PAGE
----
Smoking and sport
Having a smoke-free club or designated smoke-free areas can help keep members and guests safe and healthy.
The risks of tobacco
Unlike decades ago, we now know just how harmful and addictive smoking is. Smoking cigarettes has been linked to cancer and other health problems.
Nicotine is the psychoactive ingredient in tobacco. It’s a stimulant drug that speeds up the messages travelling between the brain and body. Tar and carbon monoxide (a toxic gas) are also released when tobacco is burned, such as when smoking.
Passive smoking, also known as second-hand smoke, can also cause harm. This is why it’s important for anyone smoking to do so away from children, babies and pregnant women.
Having a smoke-free club is a great way to keep everyone safe and healthy. Having smoke-free areas is another option for clubs.
Local sporting clubs and sporting organisations are great roles models, especially for junior members or families who visit. That’s why many clubs see the importance of promoting health and wellbeing by reducing smoking.
Why sport and cigarettes don't mix
There are plenty of reasons to ditch cigarettes – family, friends, health. Not to mention how much they cost.
Here’s one more good reason to give up the cigarettes. Making sure on game day your performance isn’t affected.
Smoking interferes with your body’s ability to function:
- Your lungs work less efficiently and cannot absorb the amount of oxygen your body needs to function. Tobacco smoke contains a chemical (carbon monoxide) that prevents the blood stream picking up oxygen.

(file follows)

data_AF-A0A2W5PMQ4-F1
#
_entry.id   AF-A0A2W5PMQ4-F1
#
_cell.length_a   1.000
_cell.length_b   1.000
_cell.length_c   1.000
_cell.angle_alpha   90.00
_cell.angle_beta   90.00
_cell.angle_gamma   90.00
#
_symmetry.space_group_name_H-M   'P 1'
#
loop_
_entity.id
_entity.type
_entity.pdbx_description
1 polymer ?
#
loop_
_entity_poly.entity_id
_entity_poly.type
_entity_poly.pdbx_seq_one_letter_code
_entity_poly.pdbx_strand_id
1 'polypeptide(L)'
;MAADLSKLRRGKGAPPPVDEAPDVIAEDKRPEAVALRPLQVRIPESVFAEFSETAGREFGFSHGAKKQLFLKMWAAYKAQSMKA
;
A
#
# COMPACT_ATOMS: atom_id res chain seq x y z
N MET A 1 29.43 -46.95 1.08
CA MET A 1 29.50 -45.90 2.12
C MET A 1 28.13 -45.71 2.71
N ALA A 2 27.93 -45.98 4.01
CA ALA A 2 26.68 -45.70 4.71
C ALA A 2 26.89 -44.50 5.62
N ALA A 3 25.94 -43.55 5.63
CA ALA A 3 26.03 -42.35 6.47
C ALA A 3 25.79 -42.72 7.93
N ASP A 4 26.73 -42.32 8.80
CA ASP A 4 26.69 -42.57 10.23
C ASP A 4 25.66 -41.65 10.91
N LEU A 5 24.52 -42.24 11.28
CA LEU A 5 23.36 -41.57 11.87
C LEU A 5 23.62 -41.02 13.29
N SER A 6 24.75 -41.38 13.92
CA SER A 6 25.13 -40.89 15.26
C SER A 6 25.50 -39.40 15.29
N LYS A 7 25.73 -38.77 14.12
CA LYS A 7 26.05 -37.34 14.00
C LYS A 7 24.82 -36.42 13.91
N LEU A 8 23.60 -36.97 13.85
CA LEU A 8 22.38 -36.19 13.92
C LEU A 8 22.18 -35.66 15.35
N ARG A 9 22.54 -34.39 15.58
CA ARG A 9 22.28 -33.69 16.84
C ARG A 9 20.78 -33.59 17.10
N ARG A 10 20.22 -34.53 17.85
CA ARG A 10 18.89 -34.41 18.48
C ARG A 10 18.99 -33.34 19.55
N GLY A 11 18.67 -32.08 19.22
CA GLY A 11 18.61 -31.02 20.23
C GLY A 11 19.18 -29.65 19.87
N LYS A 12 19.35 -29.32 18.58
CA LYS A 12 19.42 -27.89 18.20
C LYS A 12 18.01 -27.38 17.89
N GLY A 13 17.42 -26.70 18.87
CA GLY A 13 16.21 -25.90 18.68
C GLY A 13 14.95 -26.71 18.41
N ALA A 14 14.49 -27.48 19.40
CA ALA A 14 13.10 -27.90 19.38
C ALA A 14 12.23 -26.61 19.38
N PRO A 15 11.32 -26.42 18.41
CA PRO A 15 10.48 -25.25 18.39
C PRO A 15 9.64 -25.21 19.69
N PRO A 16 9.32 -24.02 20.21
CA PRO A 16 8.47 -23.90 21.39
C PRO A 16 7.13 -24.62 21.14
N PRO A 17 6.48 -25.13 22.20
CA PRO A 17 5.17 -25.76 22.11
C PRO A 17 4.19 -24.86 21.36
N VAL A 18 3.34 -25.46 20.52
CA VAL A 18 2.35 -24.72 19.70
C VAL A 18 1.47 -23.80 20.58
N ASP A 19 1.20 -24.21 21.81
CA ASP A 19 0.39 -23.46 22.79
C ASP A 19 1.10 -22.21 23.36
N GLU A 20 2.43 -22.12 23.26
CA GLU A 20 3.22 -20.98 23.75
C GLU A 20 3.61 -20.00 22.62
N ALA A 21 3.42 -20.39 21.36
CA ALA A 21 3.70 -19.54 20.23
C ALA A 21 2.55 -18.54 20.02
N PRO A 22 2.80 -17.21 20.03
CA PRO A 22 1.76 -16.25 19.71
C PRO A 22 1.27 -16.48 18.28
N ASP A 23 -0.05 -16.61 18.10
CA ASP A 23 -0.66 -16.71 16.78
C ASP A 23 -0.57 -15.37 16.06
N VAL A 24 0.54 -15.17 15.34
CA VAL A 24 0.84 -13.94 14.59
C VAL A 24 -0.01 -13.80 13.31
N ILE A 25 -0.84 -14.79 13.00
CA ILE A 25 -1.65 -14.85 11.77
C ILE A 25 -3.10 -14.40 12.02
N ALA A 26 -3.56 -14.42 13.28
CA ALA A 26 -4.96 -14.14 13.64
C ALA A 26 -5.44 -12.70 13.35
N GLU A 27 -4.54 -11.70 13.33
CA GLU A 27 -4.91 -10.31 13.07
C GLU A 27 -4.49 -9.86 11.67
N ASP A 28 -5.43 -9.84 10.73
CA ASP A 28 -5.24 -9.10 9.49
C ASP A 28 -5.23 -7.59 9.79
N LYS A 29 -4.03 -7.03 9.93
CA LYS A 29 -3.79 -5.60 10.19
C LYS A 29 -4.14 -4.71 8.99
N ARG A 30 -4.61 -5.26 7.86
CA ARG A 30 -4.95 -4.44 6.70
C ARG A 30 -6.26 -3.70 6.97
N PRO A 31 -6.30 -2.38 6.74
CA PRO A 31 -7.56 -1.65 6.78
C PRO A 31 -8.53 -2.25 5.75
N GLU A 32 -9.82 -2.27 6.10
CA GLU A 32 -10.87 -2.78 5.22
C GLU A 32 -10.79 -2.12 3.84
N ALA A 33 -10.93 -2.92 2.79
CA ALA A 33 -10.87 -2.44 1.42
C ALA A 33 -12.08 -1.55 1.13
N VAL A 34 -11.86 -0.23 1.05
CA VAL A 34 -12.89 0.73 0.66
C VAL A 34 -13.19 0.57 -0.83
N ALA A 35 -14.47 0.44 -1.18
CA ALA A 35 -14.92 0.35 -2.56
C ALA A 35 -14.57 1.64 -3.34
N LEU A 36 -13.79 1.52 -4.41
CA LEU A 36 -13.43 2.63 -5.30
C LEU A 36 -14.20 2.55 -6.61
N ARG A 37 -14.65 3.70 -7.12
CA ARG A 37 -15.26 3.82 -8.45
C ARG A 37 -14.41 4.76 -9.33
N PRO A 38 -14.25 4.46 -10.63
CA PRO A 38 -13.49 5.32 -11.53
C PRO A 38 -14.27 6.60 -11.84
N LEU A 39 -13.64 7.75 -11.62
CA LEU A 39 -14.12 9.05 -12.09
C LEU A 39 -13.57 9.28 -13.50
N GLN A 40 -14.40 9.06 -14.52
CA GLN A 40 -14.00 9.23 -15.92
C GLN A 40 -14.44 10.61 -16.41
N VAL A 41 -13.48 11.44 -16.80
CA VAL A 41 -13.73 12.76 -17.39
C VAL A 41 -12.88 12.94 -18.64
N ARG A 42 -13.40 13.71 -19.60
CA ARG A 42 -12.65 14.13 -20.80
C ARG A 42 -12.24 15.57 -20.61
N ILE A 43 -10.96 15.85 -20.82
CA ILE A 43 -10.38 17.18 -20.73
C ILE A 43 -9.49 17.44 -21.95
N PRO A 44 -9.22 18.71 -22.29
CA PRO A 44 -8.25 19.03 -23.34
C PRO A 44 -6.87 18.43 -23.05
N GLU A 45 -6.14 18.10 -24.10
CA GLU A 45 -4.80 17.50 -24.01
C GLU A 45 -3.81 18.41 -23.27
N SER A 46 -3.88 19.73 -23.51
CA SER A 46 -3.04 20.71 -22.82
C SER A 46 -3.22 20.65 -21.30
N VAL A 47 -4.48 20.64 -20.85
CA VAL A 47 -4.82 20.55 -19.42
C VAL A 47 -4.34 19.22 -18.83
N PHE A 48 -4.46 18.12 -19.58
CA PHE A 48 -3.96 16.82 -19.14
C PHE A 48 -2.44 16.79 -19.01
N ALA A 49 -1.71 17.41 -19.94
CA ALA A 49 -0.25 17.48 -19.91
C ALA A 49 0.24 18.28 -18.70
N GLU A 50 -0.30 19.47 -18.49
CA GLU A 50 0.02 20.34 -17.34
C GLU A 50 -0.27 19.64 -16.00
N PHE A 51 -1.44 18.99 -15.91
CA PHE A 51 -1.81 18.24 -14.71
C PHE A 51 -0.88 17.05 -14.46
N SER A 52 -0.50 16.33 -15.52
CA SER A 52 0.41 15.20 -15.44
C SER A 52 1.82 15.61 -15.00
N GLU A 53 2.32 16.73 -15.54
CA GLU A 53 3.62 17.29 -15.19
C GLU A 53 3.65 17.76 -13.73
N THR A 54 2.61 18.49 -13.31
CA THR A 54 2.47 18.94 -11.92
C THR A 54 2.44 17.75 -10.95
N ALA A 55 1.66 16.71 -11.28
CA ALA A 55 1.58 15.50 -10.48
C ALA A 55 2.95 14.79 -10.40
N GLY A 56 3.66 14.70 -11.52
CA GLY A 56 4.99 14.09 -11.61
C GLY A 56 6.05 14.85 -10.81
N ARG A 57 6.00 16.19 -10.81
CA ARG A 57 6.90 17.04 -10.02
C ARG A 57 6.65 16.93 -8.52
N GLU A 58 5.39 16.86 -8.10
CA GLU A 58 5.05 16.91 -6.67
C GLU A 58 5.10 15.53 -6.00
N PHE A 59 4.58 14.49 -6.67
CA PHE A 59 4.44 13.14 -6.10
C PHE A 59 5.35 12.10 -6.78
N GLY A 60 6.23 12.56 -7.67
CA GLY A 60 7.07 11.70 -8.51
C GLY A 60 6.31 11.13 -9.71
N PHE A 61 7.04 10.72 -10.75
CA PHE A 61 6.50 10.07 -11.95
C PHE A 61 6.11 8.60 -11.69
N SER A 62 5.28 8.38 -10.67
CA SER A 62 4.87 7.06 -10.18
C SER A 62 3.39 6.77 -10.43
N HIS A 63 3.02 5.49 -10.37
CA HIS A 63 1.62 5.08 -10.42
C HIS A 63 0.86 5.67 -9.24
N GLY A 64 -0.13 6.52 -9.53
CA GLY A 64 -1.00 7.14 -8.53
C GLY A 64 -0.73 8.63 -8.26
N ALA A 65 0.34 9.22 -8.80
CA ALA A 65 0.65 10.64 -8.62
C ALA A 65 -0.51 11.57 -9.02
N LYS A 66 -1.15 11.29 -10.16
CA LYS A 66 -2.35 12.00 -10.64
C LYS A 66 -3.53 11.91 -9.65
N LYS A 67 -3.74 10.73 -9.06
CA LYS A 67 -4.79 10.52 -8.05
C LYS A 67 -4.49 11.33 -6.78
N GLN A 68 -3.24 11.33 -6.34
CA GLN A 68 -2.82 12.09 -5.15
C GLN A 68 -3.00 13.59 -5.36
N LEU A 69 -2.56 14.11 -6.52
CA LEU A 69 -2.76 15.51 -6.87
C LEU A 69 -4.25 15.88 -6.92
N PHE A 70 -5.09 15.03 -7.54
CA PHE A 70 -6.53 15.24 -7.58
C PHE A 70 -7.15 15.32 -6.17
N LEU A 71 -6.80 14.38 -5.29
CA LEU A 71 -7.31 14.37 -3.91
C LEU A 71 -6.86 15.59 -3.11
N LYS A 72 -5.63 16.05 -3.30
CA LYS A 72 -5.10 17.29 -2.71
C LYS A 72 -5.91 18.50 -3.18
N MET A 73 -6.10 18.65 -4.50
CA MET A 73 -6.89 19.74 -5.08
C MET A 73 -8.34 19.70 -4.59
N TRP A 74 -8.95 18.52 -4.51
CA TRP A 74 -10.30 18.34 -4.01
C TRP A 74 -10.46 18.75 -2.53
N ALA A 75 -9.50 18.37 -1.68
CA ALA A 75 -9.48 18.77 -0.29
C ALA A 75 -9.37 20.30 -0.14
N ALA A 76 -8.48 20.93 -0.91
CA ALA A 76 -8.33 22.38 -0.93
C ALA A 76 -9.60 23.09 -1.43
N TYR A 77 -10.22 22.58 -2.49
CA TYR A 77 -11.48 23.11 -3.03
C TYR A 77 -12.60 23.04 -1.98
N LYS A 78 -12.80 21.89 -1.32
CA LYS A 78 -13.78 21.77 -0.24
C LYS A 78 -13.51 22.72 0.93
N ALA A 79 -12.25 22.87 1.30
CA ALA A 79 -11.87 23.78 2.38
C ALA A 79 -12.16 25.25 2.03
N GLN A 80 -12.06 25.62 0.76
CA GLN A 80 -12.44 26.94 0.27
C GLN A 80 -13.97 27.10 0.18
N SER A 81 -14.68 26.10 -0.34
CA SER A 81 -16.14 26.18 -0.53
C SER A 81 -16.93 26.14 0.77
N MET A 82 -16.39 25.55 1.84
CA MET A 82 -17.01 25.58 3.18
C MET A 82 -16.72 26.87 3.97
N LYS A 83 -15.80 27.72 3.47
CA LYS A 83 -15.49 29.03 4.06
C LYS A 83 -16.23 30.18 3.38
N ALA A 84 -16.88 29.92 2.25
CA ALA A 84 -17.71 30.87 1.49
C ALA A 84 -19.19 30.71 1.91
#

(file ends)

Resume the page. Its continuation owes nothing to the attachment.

- Tobacco smoke contains other chemicals that also affect the circulation of blood, restricting blood vessels so they are less able to carry oxygen when your body is burning up large amounts of energy.
- Because smoking decreases the body’s ability to transport oxygen to those areas that need it when playing sport, people who smoke tend to have less endurance and find it hard to keep up high levels of fitness.
- At first you may not notice much difference, but the more you smoke and the longer you smoke the more you will notice its effect on you.
Quitting is the best policy
Including smoking management in your policy makes it easier to say no when someone lights up. It will also help you to stay on the right side of non-smoking laws that affect your club. These vary from state to state.
Having smoking included in your policy helps your club to meet its duty of care. It means that you’re looking out for the health and safety of your members, volunteers and visitors.
Environmental or second-hand tobacco smoke is a serious health hazard.
A smoke-free environment is the best way to provide effective protection from second-hand smoke for your members, guests and volunteers.
Players, coaches and spectators are not just club leaders. They are community role models.
By banning or limiting smoking, you will help to make smoking less visible and acceptable. This can directly contribute to a reduced uptake of smoking among young people.
Support those trying to quit
Smoke-free areas are not only beneficial for non-smokers, they also support people who are trying to quit.
By making smoking less of a social outlet at your club, there will be less incentive to light up.
With designated smoking areas in place, litter is confined to a smaller area and can be better controlled with ash trays and bins.
With reduced litter, there is a reduced fire risk and children are less likely to pick up discarded butts.
As community leaders, local sporting clubs have a responsibility to promote healthy behaviour to members and guests.
Becoming a smoke-free club is evidence that you care about everyone’s health and wellbeing. This can help to attract new members and promote your club in the community.
Signs and posters promoting a smoke-free environment also send a message about your club’s values.